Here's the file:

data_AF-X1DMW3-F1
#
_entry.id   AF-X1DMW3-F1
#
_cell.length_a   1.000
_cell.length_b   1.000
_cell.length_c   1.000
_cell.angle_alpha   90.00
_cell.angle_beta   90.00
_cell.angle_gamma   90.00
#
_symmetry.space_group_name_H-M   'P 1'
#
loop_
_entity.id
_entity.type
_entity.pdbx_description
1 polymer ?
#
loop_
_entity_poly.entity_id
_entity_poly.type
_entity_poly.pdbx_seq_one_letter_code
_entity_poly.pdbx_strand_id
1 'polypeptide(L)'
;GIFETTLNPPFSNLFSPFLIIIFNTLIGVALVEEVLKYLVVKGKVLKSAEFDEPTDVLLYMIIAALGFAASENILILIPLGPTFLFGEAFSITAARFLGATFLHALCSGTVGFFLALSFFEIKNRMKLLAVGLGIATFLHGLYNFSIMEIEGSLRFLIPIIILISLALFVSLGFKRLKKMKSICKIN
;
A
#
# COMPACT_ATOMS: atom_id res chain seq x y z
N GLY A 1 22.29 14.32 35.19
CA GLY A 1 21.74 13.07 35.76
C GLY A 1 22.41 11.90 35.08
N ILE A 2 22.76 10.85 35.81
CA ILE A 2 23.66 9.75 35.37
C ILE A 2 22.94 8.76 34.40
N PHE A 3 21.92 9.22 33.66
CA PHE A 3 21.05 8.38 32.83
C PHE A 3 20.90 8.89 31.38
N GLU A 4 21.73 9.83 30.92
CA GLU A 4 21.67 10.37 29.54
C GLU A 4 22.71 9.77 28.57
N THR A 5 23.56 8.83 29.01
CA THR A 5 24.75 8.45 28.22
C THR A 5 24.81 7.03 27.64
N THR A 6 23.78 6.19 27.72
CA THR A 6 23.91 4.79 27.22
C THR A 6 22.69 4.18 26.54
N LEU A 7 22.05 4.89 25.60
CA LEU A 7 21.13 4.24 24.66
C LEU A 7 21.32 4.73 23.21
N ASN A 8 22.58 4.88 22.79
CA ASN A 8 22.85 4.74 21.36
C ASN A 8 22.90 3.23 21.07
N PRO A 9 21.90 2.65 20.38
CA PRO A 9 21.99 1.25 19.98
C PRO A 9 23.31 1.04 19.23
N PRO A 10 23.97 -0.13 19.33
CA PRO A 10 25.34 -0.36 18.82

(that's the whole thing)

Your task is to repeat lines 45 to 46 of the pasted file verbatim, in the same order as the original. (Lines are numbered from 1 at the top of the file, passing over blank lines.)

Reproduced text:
C THR A 5 24.81 7.03 27.64
N THR A 6 23.78 6.19 27.72